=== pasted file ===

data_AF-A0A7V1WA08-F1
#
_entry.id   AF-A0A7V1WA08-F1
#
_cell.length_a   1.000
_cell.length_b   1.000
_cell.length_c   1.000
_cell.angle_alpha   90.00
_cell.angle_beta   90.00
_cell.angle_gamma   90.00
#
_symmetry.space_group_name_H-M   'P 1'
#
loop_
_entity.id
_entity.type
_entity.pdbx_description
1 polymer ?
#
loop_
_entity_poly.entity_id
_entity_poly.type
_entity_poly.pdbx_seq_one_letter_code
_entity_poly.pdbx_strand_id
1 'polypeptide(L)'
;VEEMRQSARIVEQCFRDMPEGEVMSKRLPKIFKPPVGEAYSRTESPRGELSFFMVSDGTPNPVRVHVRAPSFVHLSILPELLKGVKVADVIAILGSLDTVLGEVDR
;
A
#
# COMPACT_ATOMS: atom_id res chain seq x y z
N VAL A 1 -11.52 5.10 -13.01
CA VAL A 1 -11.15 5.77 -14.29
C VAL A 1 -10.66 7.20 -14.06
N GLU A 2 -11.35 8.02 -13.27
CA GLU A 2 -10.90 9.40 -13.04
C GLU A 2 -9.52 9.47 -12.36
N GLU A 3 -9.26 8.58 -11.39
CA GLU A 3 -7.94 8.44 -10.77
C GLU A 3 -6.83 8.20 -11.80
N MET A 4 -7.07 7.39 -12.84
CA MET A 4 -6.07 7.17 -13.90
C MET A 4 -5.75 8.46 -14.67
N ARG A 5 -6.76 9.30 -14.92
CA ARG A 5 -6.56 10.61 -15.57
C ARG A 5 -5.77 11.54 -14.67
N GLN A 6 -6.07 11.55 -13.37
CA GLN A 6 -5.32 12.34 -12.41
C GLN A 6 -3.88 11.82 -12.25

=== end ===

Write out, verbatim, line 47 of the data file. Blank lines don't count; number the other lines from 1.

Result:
CA GLN A 6 -5.32 12.34 -12.41